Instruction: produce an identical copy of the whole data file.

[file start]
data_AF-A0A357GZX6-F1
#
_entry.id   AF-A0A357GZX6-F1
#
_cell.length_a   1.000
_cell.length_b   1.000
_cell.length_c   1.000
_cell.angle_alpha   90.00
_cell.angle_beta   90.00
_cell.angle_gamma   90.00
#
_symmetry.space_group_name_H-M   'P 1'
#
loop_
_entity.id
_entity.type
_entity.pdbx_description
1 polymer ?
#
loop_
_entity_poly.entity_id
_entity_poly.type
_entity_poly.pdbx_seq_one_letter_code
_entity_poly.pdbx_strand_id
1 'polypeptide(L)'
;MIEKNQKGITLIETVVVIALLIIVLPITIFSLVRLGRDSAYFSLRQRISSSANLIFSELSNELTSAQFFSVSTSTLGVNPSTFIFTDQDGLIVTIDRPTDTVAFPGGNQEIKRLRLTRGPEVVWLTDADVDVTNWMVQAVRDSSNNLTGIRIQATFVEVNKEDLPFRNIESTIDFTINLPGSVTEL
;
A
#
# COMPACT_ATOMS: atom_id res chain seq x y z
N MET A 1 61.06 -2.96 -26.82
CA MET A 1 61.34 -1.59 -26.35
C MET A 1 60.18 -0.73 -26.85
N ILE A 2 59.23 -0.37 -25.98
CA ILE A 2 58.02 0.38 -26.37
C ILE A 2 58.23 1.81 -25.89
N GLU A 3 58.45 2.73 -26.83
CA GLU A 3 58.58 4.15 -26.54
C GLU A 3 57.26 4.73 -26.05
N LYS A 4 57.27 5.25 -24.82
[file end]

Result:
data_AF-A0A357GZX6-F1
#
_entry.id   AF-A0A357GZX6-F1
#
_cell.length_a   1.000
_cell.length_b   1.000
_cell.length_c   1.000
_cell.angle_alpha   90.00
_cell.angle_beta   90.00
_cell.angle_gamma   90.00
#
_symmetry.space_group_name_H-M   'P 1'
#
loop_
_entity.id
_entity.type
_entity.pdbx_description
1 polymer ?
#
loop_
_entity_poly.entity_id
_entity_poly.type
_entity_poly.pdbx_seq_one_letter_code
_entity_poly.pdbx_strand_id
1 'polypeptide(L)'
;MIEKNQKGITLIETVVVIALLIIVLPITIFSLVRLGRDSAYFSLRQRISSSANLIFSELSNELTSAQFFSVSTSTLGVNPSTFIFTDQDGLIVTIDRPTDTVAFPGGNQEIKRLRLTRGPEVVWLTDADVDVTNWMVQAVRDSSNNLTGIRIQATFVEVNKEDLPFRNIESTIDFTINLPGSVTEL
;
A
#
# COMPACT_ATOMS: atom_id res chain seq x y z
N MET A 1 61.06 -2.96 -26.82
CA MET A 1 61.34 -1.59 -26.35
C MET A 1 60.18 -0.73 -26.85
N ILE A 2 59.23 -0.37 -25.98
CA ILE A 2 58.02 0.38 -26.37
C ILE A 2 58.23 1.81 -25.89
N GLU A 3 58.45 2.73 -26.83
CA GLU A 3 58.58 4.15 -26.54
C GLU A 3 57.26 4.73 -26.05
N LYS A 4 57.27 5.25 -24.82